Josée Charlebois is a social worker, currently working as an Intake Coordinator at the Ottawa Hospital Psychosocial Oncology Program (PSOP). She is part of the supportive cancer care team and is responsible for providing services to cancer patients and their family members.
Josée works with interdisciplinary healthcare professionals and is the point person for her colleagues in PSOP, as well as for other healthcare professionals within the clinic. Her day-to-day work involves crisis counselling for patients who receive cancer diagnoses. She meets with physicians and nurses, goes to the clinics, stops by if they need help, and helps in the best possible ways. She prioritizes the referrals received and makes referrals to appropriate resources that are available.
During her teen years, Josée lost her grandmother to cancer. She notes, “I saw her suffer and we suffered as a family. We could not help her, we did not know how to. There weren’t as many services or resources available as there are today, especially in the psychosocial side. There was no family support, no information concerning how to support the family member with cancer.” This personal cancer experience initiated Josée’s desire to change and improve the services for people with cancers. She wanted to make a difference to those who are affected by cancer.
Josée loves what she does at PSOP. When asked what she enjoyed most about her job, she said “No two days are the same and that is what I like about my work. I never know what to expect and that is the kind of environment I thrive in. The best part of my work is variety; I do different things every day. Although it can be challenging, it is also very rewarding.” She admits that another most rewarding and enjoyable attributes of her job is that she is able to make a positive impact on patients and their families. She stated “Although I cannot cure their cancer, I can make a difference in the lives of patients and their families. Knowing that I am contributing to the betterment in the lives of my patients makes me feel that my work is worthwhile.” Teaching is another thing that Josée really loves and she is able to pursue this at her current position. She is also involved in providing and developing patient education materials at The Ottawa Hospital and Cancer Care Ontario. Patient Navigation is another area that she is interested in and is looking to explore it further.
Josée considers developing and maintaining her Intake Position at PSOP to be one of her greatest accomplishments. She wants to continue to make a positive difference to the field in whatever possible way. Josée sees Diane Manii, the PSOP manager as a great mentor, good friend and the biggest influence in her career path. Diane encouraged her to develop knowledge and skills, helped her see the potential in her work and contributions to cancer care, and encouraged her to work hard while remembering to take care of herself. Josée stated “Diane gave me opportunities and believed in me and it has made me a stronger person. I wouldn’t be where I am today if it hadn’t been for her.”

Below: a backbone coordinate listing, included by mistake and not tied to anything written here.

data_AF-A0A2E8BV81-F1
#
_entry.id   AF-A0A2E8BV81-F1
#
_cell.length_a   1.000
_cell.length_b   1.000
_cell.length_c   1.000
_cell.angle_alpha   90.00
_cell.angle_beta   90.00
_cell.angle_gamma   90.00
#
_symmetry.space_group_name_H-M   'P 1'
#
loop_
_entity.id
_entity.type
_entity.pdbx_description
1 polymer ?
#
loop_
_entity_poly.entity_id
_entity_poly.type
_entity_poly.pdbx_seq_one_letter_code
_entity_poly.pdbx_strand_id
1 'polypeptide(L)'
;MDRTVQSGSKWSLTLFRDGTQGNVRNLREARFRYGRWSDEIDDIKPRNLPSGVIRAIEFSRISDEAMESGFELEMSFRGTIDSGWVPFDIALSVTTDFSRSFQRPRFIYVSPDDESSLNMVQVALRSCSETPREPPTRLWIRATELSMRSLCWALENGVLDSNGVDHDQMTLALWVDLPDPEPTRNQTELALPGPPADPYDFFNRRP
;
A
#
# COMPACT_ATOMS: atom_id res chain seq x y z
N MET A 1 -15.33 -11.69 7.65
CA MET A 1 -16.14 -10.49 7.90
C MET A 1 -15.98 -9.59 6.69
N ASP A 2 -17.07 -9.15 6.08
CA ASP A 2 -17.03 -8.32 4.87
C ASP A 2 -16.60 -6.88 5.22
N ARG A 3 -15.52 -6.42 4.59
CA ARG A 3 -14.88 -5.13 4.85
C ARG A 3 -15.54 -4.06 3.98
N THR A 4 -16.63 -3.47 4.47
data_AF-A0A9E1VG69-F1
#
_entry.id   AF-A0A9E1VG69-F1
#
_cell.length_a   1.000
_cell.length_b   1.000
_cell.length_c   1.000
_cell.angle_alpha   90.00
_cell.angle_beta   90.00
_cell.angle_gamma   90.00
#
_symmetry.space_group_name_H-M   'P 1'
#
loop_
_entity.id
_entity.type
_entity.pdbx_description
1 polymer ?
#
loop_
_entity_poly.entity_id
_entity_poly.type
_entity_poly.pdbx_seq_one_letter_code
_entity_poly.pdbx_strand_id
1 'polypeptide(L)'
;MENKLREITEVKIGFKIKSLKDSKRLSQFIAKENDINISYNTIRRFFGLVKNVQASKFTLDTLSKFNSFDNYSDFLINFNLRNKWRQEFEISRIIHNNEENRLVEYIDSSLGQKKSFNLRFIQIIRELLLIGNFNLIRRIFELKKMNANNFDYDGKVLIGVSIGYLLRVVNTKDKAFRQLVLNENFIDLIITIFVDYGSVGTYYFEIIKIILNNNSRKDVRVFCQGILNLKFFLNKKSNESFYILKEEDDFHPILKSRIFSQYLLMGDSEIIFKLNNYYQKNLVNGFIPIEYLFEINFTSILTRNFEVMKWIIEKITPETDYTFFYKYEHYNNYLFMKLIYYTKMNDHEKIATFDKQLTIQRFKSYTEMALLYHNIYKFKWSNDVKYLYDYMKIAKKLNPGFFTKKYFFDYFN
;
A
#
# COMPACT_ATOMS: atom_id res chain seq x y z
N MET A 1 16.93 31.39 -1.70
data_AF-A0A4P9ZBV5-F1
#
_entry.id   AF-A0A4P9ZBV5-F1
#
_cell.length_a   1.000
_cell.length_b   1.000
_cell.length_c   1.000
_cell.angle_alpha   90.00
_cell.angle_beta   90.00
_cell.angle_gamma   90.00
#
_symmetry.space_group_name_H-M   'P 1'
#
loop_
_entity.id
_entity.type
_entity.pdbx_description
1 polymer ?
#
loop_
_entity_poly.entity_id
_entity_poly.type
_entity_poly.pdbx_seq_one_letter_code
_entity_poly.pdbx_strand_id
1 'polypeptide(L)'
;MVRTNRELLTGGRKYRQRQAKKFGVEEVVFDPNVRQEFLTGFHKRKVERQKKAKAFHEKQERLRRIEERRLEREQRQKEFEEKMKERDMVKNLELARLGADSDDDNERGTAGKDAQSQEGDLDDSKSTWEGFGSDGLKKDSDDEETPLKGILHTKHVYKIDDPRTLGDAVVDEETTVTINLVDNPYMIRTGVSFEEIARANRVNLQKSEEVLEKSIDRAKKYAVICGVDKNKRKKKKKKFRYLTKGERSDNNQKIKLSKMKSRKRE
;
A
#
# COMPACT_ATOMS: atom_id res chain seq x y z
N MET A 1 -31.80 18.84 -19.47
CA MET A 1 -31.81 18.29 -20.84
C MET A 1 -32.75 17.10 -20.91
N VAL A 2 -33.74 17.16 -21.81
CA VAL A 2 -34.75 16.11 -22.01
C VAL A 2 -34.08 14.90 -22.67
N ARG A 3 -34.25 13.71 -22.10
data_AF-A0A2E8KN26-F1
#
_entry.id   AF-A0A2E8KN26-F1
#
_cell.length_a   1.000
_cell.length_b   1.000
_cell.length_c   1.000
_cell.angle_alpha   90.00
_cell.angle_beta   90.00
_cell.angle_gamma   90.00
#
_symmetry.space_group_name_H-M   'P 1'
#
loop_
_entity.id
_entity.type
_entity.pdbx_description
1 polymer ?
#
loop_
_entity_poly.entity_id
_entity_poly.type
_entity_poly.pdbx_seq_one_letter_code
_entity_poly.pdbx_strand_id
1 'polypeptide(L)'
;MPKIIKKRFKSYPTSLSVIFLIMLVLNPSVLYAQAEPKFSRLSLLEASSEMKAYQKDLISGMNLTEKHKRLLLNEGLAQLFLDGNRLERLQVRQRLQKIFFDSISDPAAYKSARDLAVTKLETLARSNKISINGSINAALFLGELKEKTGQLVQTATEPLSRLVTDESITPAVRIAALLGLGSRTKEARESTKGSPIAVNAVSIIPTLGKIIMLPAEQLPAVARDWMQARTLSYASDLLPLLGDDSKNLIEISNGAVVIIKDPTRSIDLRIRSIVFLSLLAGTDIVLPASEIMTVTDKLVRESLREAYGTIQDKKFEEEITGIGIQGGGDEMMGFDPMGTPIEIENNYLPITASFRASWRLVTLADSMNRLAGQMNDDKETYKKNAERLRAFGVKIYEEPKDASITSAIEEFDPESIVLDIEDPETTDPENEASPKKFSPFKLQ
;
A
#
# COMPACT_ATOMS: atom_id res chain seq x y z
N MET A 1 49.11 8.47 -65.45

She admits that the Psychosocial Oncology field is getting more attention; however, there is still much room for development and improvement. Josée recognizes that in the recent years numerous efforts are being directed to the field of Psychosocial Oncology to address the challenges that cancer families face in this fast-changing world. Her key learnings are “There is always something that we can make a difference in and getting involved is the first step. As a Psychosocial Oncology professional, we have to be involved in moulding the profession to cater to help those who are affected by cancer directly and indirectly.”
Josée emphasizes that “the Psychosocial Oncology is a field where you can make great friends and it really is a fulfilling line of work!” She acknowledges meeting amazing people in this field. Josée is a CAPO member and loves being part of it. She is interested in networking with likeminded people, and also in learning from those in her field. She sees CAPO as a resource arena with lots of opportunities for both personal and professional growth in the field of Psychosocial Oncology. Joining CAPO is another outlet in which Josée believes she can make a difference.
When asked what would be her advice to someone who is thinking about entering the profession, she argues that “Psychosocial Oncology is a hard line of work and is not a type of work for everyone. My suggestion is to always try it out before committing to this career. Try getting involved, doing some volunteer work, and talking to someone in the field prior to starting. People need to be invested and involved to fully contribute to the development of this field. They need to know themselves and know their limits.”
Thanks to CAPO member and volunteer Dr. Violet D’Souza, University of Montreal, for writing this profile.
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ABOUT CAPO:The Canadian Association of Psychosocial Oncology (CAPO) is a national registered charity that promotes excellence in psychosocial care for people with cancer and their families throughout the cancer experience—from diagnosis to treatment to survivorship or death. We work to transform cancer care wherever it is delivered—in hospital, in the community and in hospices. Advancement in psychosocial oncology have been significant and CAPO continues to be a world leader. We believe change will come through more research, better education and improved clinical practice.